A nuclear-powered tunnelling robot could one day be deployed on Europa to help search for signs of microbial life.
Jupiter’s moon Europa has an icy surface that is thought to cover a liquid ocean, which is in contact with a rocky core. This environment contains the biochemical ingredients for life but accessing it to collect samples remains a major challenge.
“Estimates of the thickness of the ice shell range between 2 and 30km [1.2 and 18.6 miles] and is a major barrier any lander will have to overcome in order to access areas we think have a chance of holding biosignatures representative of life on Europa,” said Andrew Dombard, associate professor of earth and environmental sciences at the University of Illinois at Chicago.
At a recent meeting of the American Geophysical Union in Washington, D.C., Dombard and his colleagues proposed a solution in the form of a nuclear-powered tunnelling probe.
Dombard and D’Arcy Meyer-Dombard, associate professor of earth and environmental sciences at UIC, are part of a group of scientists on the NASA Glenn Research COMPASS team, a multidisciplinary group of scientists and engineers tasked with designing technology and solutions for space exploration and science missions.
The group is said to have performed a concept study for a nuclear-powered “tunnelbot” that can penetrate the ice shell and reach the top of Europa’s ocean while carrying devices and instruments that can be used to search for signs of life or extinct life. The tunnelbot would also evaluate the habitability of the ice shelf.
“We didn’t worry about how our tunnelbot would make it to Europa or get deployed into the ice,” Dombard said. “We just assumed it could get there and we focused on how it would work during descent to the ocean.”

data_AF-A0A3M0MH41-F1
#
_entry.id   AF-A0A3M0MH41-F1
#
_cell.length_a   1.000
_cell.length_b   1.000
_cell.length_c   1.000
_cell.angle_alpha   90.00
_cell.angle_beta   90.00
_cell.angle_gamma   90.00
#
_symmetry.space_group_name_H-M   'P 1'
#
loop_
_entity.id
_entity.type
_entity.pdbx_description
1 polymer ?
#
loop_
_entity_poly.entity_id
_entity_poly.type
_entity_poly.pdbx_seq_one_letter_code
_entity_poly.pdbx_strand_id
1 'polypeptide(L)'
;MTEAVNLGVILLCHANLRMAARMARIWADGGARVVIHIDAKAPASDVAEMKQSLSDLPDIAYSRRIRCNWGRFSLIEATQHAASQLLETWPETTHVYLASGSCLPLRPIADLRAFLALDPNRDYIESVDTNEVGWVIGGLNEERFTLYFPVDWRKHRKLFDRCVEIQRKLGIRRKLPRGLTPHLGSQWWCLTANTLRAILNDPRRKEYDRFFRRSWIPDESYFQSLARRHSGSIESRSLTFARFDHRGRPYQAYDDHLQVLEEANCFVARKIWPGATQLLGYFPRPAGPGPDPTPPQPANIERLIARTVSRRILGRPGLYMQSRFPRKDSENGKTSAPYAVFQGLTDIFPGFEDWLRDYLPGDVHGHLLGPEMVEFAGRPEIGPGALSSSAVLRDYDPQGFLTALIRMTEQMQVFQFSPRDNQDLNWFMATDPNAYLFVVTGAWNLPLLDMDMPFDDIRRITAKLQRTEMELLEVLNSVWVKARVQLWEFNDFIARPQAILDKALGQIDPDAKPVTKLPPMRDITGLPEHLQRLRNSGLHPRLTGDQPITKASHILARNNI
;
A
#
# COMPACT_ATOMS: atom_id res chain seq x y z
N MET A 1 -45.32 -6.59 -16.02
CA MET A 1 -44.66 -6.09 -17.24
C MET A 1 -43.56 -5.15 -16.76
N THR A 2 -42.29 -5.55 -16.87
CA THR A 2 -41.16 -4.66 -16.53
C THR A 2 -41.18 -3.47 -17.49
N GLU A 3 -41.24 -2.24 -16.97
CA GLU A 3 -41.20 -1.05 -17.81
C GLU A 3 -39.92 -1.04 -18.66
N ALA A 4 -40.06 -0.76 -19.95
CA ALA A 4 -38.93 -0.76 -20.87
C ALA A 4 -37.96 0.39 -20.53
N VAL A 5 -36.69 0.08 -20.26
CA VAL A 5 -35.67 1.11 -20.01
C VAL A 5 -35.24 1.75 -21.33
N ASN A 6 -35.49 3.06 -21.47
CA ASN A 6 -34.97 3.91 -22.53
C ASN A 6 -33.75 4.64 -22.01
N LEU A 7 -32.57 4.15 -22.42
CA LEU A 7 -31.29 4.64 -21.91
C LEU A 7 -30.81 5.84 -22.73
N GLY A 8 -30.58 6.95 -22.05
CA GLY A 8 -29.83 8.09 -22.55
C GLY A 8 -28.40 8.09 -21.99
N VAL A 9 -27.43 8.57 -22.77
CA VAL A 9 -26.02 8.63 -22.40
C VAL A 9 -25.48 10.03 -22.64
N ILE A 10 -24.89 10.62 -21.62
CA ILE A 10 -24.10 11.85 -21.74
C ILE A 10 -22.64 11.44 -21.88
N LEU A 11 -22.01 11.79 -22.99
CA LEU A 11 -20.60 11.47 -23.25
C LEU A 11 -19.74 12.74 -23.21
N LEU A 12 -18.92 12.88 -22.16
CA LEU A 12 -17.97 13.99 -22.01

The tunnelling robot would sample ice throughout the shell, as well as water at the ice-water interface, and would look at the underside of the ice to search for microbial biofilms. The tunnelbot would also have the capability of searching liquid water “lakes” within the ice shell.
The researchers are said to have considered two designs for their bot: one powered by a small nuclear reactor, and the other powered by General Purpose Heat Source bricks, which are radioactive heat source modules designed for space missions. Heat from both these sources could be used to melt the ice shell. Communications would be provided by a string of repeaters connected to the tunnelbot by fibre optic cables.
The tunnelling robot proposal by Dombard et al has been predicated by evidence gathered by NASA’s Galileo spacecraft, which made several flybys of Europa between 1995 and 2003 and presented data that pointed to evidence of a liquid ocean beneath Europa’s icy surface.
Kathleen Craft from the Applied Physics Laboratory at Johns Hopkins University and COMPASS team leads Steven Oleson and J. Michael Newman of the NASA Glenn Research Center also worked on the concept study.